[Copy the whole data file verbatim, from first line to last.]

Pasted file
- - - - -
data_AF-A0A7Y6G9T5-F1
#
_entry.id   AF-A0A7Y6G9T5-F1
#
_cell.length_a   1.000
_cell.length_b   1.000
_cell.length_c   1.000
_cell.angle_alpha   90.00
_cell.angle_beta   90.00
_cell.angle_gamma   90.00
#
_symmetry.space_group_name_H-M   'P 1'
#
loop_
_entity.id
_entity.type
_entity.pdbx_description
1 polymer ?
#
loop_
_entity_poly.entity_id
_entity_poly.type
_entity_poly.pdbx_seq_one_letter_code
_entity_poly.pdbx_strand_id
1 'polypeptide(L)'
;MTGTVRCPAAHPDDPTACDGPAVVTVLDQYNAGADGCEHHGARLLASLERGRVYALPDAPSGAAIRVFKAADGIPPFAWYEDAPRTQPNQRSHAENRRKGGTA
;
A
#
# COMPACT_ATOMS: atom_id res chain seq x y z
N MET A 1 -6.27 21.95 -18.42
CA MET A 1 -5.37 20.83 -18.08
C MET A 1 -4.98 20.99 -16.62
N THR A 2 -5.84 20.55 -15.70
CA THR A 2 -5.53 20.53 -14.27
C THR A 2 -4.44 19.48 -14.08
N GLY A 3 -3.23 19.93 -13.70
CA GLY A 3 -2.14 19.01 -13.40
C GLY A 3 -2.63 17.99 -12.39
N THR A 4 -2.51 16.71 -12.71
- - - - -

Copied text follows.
data_AF-A0A7Y6G9T5-F1
#
_entry.id   AF-A0A7Y6G9T5-F1
#
_cell.length_a   1.000
_cell.length_b   1.000
_cell.length_c   1.000
_cell.angle_alpha   90.00
_cell.angle_beta   90.00
_cell.angle_gamma   90.00
#
_symmetry.space_group_name_H-M   'P 1'
#
loop_
_entity.id
_entity.type
_entity.pdbx_description
1 polymer ?
#
loop_
_entity_poly.entity_id
_entity_poly.type
_entity_poly.pdbx_seq_one_letter_code
_entity_poly.pdbx_strand_id
1 'polypeptide(L)'
;MTGTVRCPAAHPDDPTACDGPAVVTVLDQYNAGADGCEHHGARLLASLERGRVYALPDAPSGAAIRVFKAADGIPPFAWYEDAPRTQPNQRSHAENRRKGGTA
;
A
#
# COMPACT_ATOMS: atom_id res chain seq x y z
N MET A 1 -6.27 21.95 -18.42
CA MET A 1 -5.37 20.83 -18.08
C MET A 1 -4.98 20.99 -16.62
N THR A 2 -5.84 20.55 -15.70
CA THR A 2 -5.53 20.53 -14.27
C THR A 2 -4.44 19.48 -14.08
N GLY A 3 -3.23 19.93 -13.70
CA GLY A 3 -2.14 19.01 -13.40
C GLY A 3 -2.63 17.99 -12.39
N THR A 4 -2.51 16.71 -12.71